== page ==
While enjoying a rare technology free vacation at a Mexican resort recently, I was struck by the apparently distorted relationship both children and adults had with digital devices. In fact, parents were worse and it’s their fault.
Adults were “modeling” incessant technology use at the beach, poolside, in the pool, at the restaurant, etc. Basically, adults were using technology everywhere & all the time.
If you’ve ever spent a week at an all-inclusive resort you understand that you see many of the same people for an entire week and it was obvious who was addicted to the constant checking of Facebook updates, text messages, etc. I am not exaggerating when I state well over half of the adults in my line of sight at any given time were using a smartphone or tablet.
What the heck are we (adults) doing?
What the heck are we (parents) teaching our children?
A parent’s digital actions speak much louder than their words.
I appreciate using technology to communicate when needed in certain situations. And I appreciate enjoying games or being “social” with others by using technology. But choosing to use technologies should be done intentionally – not out of ‘habit’.
I recall how wonderful my vacation time with my family was. I truly, truly enjoyed them. Most of all, I enjoyed being fully PRESENT with them.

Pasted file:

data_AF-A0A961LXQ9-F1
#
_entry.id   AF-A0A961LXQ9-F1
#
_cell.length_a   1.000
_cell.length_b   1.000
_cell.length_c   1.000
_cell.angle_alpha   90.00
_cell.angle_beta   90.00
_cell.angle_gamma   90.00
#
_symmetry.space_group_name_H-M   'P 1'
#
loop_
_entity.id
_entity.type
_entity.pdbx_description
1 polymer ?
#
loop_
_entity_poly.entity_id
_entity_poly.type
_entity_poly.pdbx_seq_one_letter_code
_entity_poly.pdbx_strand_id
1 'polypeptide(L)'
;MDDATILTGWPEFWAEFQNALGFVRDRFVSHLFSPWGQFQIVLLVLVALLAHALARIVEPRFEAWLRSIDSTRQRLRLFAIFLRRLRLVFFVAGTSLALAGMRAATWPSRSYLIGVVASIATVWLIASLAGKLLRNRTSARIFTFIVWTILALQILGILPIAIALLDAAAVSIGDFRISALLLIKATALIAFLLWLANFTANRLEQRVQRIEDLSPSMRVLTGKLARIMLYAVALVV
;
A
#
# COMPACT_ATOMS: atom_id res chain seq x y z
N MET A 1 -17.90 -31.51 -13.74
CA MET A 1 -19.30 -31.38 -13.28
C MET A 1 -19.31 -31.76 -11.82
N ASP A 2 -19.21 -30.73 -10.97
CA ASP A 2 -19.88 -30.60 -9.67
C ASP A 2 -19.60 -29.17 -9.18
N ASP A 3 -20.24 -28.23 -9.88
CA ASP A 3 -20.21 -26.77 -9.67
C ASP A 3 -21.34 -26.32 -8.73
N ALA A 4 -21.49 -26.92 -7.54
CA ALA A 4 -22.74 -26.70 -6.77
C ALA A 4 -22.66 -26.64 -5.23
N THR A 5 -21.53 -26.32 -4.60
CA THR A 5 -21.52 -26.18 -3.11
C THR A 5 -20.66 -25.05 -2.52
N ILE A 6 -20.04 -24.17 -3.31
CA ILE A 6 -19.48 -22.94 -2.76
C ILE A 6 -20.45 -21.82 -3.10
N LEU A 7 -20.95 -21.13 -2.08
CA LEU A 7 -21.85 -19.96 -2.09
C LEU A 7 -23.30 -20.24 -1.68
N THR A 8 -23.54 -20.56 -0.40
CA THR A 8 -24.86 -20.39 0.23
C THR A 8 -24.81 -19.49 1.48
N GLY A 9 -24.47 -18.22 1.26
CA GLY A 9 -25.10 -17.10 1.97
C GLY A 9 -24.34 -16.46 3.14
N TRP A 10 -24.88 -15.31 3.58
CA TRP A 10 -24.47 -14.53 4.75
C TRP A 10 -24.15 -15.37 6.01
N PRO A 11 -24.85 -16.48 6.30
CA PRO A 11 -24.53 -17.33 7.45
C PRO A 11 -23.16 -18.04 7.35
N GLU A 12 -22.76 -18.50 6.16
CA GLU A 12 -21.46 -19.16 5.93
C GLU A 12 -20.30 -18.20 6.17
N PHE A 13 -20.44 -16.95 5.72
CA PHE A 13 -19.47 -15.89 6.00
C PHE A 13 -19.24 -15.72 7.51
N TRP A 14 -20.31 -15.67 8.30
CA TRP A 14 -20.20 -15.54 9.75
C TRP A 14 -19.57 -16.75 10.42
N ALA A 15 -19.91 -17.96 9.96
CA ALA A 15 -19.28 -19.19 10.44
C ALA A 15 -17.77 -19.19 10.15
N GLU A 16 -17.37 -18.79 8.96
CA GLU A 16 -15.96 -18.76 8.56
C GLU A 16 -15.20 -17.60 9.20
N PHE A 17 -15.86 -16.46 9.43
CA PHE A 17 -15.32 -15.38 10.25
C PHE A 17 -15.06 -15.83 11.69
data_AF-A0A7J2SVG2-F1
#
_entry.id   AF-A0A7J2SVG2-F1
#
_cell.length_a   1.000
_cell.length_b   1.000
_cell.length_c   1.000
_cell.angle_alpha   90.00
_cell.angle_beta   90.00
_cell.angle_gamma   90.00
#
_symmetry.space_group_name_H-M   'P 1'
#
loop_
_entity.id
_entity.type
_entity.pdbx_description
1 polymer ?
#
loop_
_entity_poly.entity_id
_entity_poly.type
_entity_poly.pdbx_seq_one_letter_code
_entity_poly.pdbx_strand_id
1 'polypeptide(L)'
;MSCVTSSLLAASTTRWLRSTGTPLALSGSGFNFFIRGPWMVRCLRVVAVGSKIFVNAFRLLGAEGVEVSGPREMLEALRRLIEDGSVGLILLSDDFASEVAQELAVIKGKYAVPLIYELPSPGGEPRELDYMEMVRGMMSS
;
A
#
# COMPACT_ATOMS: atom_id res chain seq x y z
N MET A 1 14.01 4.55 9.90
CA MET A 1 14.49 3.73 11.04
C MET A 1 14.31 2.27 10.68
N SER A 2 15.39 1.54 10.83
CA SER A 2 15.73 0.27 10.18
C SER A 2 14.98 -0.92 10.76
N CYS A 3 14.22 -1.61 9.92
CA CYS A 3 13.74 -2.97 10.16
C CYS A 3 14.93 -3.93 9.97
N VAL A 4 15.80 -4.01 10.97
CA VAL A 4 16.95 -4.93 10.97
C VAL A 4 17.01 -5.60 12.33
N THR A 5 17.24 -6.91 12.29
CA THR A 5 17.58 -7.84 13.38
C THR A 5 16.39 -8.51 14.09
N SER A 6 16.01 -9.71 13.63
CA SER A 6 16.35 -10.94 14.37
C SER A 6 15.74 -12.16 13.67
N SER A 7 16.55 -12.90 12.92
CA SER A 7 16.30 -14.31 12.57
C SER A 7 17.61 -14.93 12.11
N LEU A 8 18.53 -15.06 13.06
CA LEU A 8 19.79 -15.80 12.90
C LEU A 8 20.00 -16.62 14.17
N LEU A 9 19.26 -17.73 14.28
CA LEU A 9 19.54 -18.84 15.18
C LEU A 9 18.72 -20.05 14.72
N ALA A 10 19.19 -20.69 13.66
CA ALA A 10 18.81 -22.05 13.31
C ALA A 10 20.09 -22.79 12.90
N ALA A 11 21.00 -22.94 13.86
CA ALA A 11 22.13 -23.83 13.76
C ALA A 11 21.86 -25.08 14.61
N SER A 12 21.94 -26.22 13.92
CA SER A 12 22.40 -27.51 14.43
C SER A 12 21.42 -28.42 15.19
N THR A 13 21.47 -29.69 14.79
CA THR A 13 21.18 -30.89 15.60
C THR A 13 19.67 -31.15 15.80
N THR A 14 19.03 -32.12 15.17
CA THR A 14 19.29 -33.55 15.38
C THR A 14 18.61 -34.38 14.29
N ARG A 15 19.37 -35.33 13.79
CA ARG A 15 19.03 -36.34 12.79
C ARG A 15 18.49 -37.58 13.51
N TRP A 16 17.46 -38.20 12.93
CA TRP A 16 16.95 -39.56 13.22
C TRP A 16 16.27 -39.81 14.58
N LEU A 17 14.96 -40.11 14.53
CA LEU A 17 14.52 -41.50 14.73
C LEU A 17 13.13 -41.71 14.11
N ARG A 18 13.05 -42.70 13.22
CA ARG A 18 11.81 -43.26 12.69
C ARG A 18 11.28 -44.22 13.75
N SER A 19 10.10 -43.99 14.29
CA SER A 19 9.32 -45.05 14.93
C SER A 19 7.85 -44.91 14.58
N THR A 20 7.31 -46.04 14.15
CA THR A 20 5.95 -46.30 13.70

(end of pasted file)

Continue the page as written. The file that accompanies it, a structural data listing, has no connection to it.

I wonder how much joy technology-distracted parents forfeited at that same resort because they felt they ‘needed’ to keep up with the latest friend request, tweet, or perhaps fear of “missing and email”?
Sad for them.
“Men have become the tools of their tools.” Henry David Thoreau
Here’s another example… at my daughter’s middle school sporting event I couldn’t help but wonder how much certain parents were missing because they were CONSTANTLY taking pictures and videos (read: they were not really ‘present’). How many pictures do you really need? How many hours of video are you going to watch? Choose how you invest your time at these events wisely.
It’s ironic that their pursuit of “capturing” the moment actually robbed them of fully experiencing it in the first place.
Parents must DECIDE and define what a healthy relationship with technology means and model that for their children:
When is it acceptable to use technology and when is it not?
For how long?
For what purpose?
Just because we ‘can’ doesn’t mean we ‘should’.